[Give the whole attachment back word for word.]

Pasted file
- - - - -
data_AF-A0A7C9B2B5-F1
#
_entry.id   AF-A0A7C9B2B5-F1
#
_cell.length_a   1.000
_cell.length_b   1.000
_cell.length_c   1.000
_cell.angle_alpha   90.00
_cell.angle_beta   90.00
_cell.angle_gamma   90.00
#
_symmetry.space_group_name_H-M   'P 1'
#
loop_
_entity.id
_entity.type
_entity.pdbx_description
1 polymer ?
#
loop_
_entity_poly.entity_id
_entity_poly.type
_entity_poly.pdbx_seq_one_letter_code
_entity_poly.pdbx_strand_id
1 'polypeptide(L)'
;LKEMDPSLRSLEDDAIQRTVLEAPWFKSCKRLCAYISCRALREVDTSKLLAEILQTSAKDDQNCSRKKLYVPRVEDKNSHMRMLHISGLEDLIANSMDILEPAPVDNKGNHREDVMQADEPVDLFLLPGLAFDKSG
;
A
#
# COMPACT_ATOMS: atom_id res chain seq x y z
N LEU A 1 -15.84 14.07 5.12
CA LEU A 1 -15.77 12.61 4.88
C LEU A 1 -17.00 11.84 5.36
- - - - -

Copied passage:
data_AF-A0A7C9B2B5-F1
#
_entry.id   AF-A0A7C9B2B5-F1
#
_cell.length_a   1.000
_cell.length_b   1.000
_cell.length_c   1.000
_cell.angle_alpha   90.00
_cell.angle_beta   90.00
_cell.angle_gamma   90.00
#
_symmetry.space_group_name_H-M   'P 1'
#
loop_
_entity.id
_entity.type
_entity.pdbx_description
1 polymer ?
#
loop_
_entity_poly.entity_id
_entity_poly.type
_entity_poly.pdbx_seq_one_letter_code
_entity_poly.pdbx_strand_id
1 'polypeptide(L)'
;LKEMDPSLRSLEDDAIQRTVLEAPWFKSCKRLCAYISCRALREVDTSKLLAEILQTSAKDDQNCSRKKLYVPRVEDKNSHMRMLHISGLEDLIANSMDILEPAPVDNKGNHREDVMQADEPVDLFLLPGLAFDKSG
;
A
#
# COMPACT_ATOMS: atom_id res chain seq x y z
N LEU A 1 -15.84 14.07 5.12
CA LEU A 1 -15.77 12.61 4.88
C LEU A 1 -17.00 11.84 5.36